Monday, April 28, 2008

Leading a Reading Room discussion this week

For you of you who haven’t heard of the Reading Room at — known affectionately as TORn, you’re really missing out. Though a lot of the content on TORn focuses on the films — indeed, I believe it was because of the films that TORn was created in the first place (as an aggregator site for pre-release rumors) — the Reading Room is the place for book purists! At any given time, a book discussion of some sort is always underway. Since late last year, it’s been The Lord of the Rings again. The Reading Room works its collective way through a chapter a week, each chapter discussion being led by a volunteer member of the group. It’s like communism, only with Elves. ;)

This week, I’m leading my first ever chapter discussion, though I’ve participated in a number of them. I’m doing “Treebeard” (Chapter 4 of The Two Towers). You can follow the discussion at the Reading Room — Parts 1, 2, 3, 4, 5, 6. Or better yet, why not register there (it’s totally free) and participate in the discussion first-hand?


  1. Jason! I have two questions for you, because you are so smart, and they're not related to this post, but I just thought I'd ask.

    1. Do you know anything about and what do you think of Rowling's lawsuit stuff as an affect on how people will read Harry Potter; and

    2. What genre would you classify the HP novels as?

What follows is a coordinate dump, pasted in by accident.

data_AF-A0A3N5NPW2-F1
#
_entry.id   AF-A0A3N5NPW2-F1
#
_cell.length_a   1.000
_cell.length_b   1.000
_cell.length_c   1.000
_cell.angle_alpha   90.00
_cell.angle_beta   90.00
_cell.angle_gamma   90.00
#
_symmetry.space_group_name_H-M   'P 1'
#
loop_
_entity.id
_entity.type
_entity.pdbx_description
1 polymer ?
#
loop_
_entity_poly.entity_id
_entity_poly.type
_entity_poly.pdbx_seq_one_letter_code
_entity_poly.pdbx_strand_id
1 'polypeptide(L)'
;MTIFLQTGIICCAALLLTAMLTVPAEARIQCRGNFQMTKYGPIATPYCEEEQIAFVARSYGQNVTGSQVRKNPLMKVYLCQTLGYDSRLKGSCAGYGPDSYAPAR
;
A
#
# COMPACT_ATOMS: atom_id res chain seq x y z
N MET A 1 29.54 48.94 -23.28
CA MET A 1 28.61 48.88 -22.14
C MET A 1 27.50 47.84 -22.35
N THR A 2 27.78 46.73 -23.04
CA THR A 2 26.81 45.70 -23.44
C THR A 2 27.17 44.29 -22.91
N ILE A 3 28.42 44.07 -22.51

2. Hi Alex. I don’t know if those two questions are a matter of smarts, but I’ll give you my opinions.

    1. From what I know (which is not a very great deal), I think Rowling is in the wrong. I believe that the lexicon is within the limits of Fair Use. And moreover, it has been online for ages (with no complaints from Rowling), but only now that they want to put it in print and charge money for it does she complain about the content. It doesn’t add up. Either the content is in violation of copyright, or it’s not. I happen to believe it’s not — but again, I only know what’s been on the news sites; I’m certainly not privy to the internal details of the lawsuit.

    As to whether or how it will affect people reading Harry Potter. I doubt it will have very much effect, to be honest. If anything, it may depress the success of her next book — but pretty much everyone who was going to read HP the first time around has already done so. And those who haven’t probably don’t really care about the lawsuit.

    2. I would call them fantasy novels. That seems pretty clear to me. Or did you mean, children’s versus adult? I think that’s borderline, but ultimately, I’d probably say children’s.

  3. It’s like communism, only with Elves. ;)

    RTFL! Now I have to sign up to satisfy my curiosity.

  4. Glad you liked that bit, Cat Bastet. And of course, I meant communism as an socioeconomic theory and not the political Communism of the Soviet Union, China, and Cuba. I guess maybe that goes without saying. :)

    My “Treebeard” chapter discussion went really well, I thought. The archives are all there for the reading. Heck, you can even still add your own voice to the discussion, though only the person(s) to whom you’re responding will be notified of your comments. (But they’ll be there for posterity to read in the archives as well.)


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